If a separate risk committee is deemed appropriate, given the risk oversight responsibilities outlined in the various standing committees’ charters, it might take on some of the following roles:

  • Determine that there is in place a robust process for identifying, managing and monitoring critical risks; oversee process execution; and ensure continuous process improvement as the business environment changes.
  • Provide timely input to executive management on critical risk issues.
  • Engage management in an ongoing risk appetite dialogue as conditions and circumstances change and new opportunities arise.
  • Oversee the conduct, and review the results, of enterprisewide risk assessments, including the identification and reporting of critical enterprise risks.
  • Oversee the management of certain risks having the complexity and significance to warrant the attention of a separate board committee composed of directors with the requisite expertise.
  • Help coordinate activities of the various standing committees for risk oversight.
  • Watch for dysfunctional behavior in the company’s culture that could undermine the effectiveness of the risk management process and lead to inappropriate risk-taking, such as (in cooperation with the compensation committee) the nature and balance of the compensation structure and how it may encourage inappropriate risk-taking.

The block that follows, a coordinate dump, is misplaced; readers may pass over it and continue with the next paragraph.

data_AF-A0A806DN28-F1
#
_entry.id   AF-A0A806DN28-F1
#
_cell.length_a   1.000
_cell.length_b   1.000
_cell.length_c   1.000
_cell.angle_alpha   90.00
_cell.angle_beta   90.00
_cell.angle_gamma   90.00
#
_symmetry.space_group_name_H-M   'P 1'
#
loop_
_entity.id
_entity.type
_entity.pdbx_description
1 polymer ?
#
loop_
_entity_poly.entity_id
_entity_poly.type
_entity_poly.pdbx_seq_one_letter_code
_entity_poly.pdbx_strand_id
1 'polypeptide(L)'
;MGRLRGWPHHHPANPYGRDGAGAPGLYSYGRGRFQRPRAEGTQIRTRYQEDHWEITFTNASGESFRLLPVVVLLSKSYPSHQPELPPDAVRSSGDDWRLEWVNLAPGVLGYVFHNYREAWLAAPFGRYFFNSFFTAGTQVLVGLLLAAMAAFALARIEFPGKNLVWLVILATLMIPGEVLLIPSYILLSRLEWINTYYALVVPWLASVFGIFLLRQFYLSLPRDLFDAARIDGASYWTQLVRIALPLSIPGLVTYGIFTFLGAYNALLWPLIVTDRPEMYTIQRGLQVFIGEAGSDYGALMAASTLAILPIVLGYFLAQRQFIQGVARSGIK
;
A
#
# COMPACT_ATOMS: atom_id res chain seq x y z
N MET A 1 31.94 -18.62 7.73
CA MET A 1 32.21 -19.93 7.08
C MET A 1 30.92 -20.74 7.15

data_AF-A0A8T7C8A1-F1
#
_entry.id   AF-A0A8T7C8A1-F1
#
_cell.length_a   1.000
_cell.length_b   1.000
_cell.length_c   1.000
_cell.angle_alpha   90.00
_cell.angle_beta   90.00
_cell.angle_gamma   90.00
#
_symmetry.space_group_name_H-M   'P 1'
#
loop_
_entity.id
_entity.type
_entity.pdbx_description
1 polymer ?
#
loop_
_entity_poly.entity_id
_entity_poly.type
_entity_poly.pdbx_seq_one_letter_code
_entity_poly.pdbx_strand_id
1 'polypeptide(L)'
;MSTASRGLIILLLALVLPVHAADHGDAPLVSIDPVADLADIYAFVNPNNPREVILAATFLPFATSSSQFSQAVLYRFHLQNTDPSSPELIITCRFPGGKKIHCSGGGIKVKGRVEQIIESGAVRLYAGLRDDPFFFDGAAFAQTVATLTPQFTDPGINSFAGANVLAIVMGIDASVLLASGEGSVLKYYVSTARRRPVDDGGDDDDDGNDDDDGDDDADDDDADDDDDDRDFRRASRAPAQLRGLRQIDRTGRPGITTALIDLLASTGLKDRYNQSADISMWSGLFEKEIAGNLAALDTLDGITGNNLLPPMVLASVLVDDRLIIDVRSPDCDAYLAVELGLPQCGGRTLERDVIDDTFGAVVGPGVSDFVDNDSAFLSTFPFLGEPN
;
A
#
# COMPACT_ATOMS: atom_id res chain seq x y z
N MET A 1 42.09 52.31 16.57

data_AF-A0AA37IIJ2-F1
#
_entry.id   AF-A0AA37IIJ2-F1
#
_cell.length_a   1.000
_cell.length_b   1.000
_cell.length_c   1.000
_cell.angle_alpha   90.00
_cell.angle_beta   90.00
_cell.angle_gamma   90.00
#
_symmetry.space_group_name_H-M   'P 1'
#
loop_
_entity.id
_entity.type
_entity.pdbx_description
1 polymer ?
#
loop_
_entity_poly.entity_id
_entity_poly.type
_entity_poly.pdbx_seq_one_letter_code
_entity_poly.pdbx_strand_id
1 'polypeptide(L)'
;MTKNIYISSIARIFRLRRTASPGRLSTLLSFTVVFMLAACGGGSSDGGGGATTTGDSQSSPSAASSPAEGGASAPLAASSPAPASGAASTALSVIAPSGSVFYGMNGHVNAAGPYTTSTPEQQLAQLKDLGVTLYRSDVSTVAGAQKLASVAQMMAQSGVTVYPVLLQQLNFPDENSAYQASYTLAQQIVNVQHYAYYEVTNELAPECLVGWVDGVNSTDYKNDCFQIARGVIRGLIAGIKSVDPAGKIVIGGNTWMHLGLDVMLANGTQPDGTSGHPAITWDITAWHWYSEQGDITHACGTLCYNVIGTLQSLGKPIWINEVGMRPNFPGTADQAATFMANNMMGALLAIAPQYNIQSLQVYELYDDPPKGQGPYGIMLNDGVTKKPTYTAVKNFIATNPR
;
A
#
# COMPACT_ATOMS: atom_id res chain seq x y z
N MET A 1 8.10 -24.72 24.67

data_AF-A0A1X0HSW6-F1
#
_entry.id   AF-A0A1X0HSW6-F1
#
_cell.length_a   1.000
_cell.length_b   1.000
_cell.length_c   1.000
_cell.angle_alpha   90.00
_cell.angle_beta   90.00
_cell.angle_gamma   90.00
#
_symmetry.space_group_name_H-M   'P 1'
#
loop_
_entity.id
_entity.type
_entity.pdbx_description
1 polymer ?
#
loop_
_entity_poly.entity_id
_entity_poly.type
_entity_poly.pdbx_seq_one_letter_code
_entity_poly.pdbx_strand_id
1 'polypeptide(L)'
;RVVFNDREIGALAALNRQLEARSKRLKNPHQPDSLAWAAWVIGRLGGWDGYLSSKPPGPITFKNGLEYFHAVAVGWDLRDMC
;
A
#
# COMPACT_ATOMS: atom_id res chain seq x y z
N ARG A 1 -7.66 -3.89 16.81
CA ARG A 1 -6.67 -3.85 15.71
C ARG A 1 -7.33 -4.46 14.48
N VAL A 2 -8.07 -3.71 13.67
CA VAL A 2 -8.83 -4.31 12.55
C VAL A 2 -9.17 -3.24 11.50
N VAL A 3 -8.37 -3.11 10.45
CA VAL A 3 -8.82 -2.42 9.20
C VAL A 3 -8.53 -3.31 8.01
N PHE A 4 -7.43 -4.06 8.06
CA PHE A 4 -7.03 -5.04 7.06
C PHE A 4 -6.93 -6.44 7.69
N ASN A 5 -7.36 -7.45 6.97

The risk committee charter should clarify that the committee’s activities support the board’s overall risk oversight objectives. With respect to risks the risk committee is assigned to oversee, care should be taken to watch for overlaps (e.g., compliance risk with the audit committee).

Questions for Boards

Following are some suggested questions that boards of directors may consider, in the context of the nature of the entity’s risks inherent in its operations:

  • Has the board considered how it should organize for risk oversight?
  • Are the board and/or responsible committees, including a separate risk committee, if one exists, confident that directors are receiving the comprehensive, objective information they need to perform risk oversight?

How Protiviti Can Help

As the board evaluates how to organize for risk oversight, Protiviti can assist it and executive management with assessing the enterprise’s risks and implementing strategies and tactics for managing risk. We help organizations improve their risk reporting, which can better inform the risk oversight process – a key to the success of any oversight process, regardless of how the board chooses to organize itself.

Board Perspectives: Risk Oversight (Issue 24)